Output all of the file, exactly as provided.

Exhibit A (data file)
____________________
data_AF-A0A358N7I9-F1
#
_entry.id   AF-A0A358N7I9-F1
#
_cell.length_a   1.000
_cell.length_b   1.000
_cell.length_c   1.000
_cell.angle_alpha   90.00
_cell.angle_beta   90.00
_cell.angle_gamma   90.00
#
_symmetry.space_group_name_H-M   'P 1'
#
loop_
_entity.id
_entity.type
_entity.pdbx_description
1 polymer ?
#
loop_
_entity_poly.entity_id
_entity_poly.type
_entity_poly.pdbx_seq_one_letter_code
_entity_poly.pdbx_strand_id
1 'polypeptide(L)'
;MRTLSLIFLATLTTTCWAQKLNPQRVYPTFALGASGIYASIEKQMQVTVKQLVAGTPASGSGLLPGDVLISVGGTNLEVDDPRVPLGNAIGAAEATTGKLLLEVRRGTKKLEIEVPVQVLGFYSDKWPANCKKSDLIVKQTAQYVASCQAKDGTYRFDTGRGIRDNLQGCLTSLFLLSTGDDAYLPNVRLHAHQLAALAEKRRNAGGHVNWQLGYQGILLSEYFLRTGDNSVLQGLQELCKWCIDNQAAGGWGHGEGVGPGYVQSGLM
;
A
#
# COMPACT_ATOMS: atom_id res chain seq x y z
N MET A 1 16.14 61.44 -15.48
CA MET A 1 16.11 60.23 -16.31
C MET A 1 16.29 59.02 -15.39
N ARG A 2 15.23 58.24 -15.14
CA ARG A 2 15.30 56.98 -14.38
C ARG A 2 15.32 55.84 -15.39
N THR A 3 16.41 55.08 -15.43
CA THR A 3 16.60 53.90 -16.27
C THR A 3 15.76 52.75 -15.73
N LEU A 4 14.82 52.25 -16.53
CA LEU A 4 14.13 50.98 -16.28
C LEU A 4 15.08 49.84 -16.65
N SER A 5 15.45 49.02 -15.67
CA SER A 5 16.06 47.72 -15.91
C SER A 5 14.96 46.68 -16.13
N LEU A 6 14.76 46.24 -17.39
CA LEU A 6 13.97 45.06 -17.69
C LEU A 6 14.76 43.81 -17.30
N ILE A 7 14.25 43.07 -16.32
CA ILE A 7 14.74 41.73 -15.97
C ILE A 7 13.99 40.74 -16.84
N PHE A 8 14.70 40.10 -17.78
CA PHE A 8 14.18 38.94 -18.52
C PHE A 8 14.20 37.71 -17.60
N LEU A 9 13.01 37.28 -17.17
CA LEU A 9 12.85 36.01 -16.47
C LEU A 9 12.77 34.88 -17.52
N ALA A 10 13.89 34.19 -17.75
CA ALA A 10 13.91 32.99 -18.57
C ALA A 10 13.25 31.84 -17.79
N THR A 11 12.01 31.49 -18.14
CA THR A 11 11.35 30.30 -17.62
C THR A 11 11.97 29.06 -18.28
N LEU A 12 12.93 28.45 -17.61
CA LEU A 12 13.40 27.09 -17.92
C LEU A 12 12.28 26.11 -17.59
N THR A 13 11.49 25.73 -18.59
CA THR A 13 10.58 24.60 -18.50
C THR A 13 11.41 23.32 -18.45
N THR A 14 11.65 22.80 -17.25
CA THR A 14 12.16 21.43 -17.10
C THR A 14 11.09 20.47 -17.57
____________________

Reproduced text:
data_AF-A0A358N7I9-F1
#
_entry.id   AF-A0A358N7I9-F1
#
_cell.length_a   1.000
_cell.length_b   1.000
_cell.length_c   1.000
_cell.angle_alpha   90.00
_cell.angle_beta   90.00
_cell.angle_gamma   90.00
#
_symmetry.space_group_name_H-M   'P 1'
#
loop_
_entity.id
_entity.type
_entity.pdbx_description
1 polymer ?
#
loop_
_entity_poly.entity_id
_entity_poly.type
_entity_poly.pdbx_seq_one_letter_code
_entity_poly.pdbx_strand_id
1 'polypeptide(L)'
;MRTLSLIFLATLTTTCWAQKLNPQRVYPTFALGASGIYASIEKQMQVTVKQLVAGTPASGSGLLPGDVLISVGGTNLEVDDPRVPLGNAIGAAEATTGKLLLEVRRGTKKLEIEVPVQVLGFYSDKWPANCKKSDLIVKQTAQYVASCQAKDGTYRFDTGRGIRDNLQGCLTSLFLLSTGDDAYLPNVRLHAHQLAALAEKRRNAGGHVNWQLGYQGILLSEYFLRTGDNSVLQGLQELCKWCIDNQAAGGWGHGEGVGPGYVQSGLM
;
A
#
# COMPACT_ATOMS: atom_id res chain seq x y z
N MET A 1 16.14 61.44 -15.48
CA MET A 1 16.11 60.23 -16.31
C MET A 1 16.29 59.02 -15.39
N ARG A 2 15.23 58.24 -15.14
CA ARG A 2 15.30 56.98 -14.38
C ARG A 2 15.32 55.84 -15.39
N THR A 3 16.41 55.08 -15.43
CA THR A 3 16.60 53.90 -16.27
C THR A 3 15.76 52.75 -15.73
N LEU A 4 14.82 52.25 -16.53
CA LEU A 4 14.13 50.98 -16.28
C LEU A 4 15.08 49.84 -16.65
N SER A 5 15.45 49.02 -15.67
CA SER A 5 16.06 47.72 -15.91
C SER A 5 14.96 46.68 -16.13
N LEU A 6 14.76 46.24 -17.39
CA LEU A 6 13.97 45.06 -17.69
C LEU A 6 14.76 43.81 -17.30
N ILE A 7 14.25 43.07 -16.32
CA ILE A 7 14.74 41.73 -15.97
C ILE A 7 13.99 40.74 -16.84
N PHE A 8 14.70 40.10 -17.78
CA PHE A 8 14.18 38.94 -18.52
C PHE A 8 14.20 37.71 -17.60
N LEU A 9 13.01 37.28 -17.17
CA LEU A 9 12.85 36.01 -16.47
C LEU A 9 12.77 34.88 -17.52
N ALA A 10 13.89 34.19 -17.75
CA ALA A 10 13.91 32.99 -18.57
C ALA A 10 13.25 31.84 -17.79
N THR A 11 12.01 31.49 -18.14
CA THR A 11 11.35 30.30 -17.62
C THR A 11 11.97 29.06 -18.28
N LEU A 12 12.93 28.45 -17.61
CA LEU A 12 13.40 27.09 -17.92
C LEU A 12 12.28 26.11 -17.59
N THR A 13 11.49 25.73 -18.59
CA THR A 13 10.58 24.60 -18.50
C THR A 13 11.41 23.32 -18.45
N THR A 14 11.65 22.80 -17.25
CA THR A 14 12.16 21.43 -17.10
C THR A 14 11.09 20.47 -17.57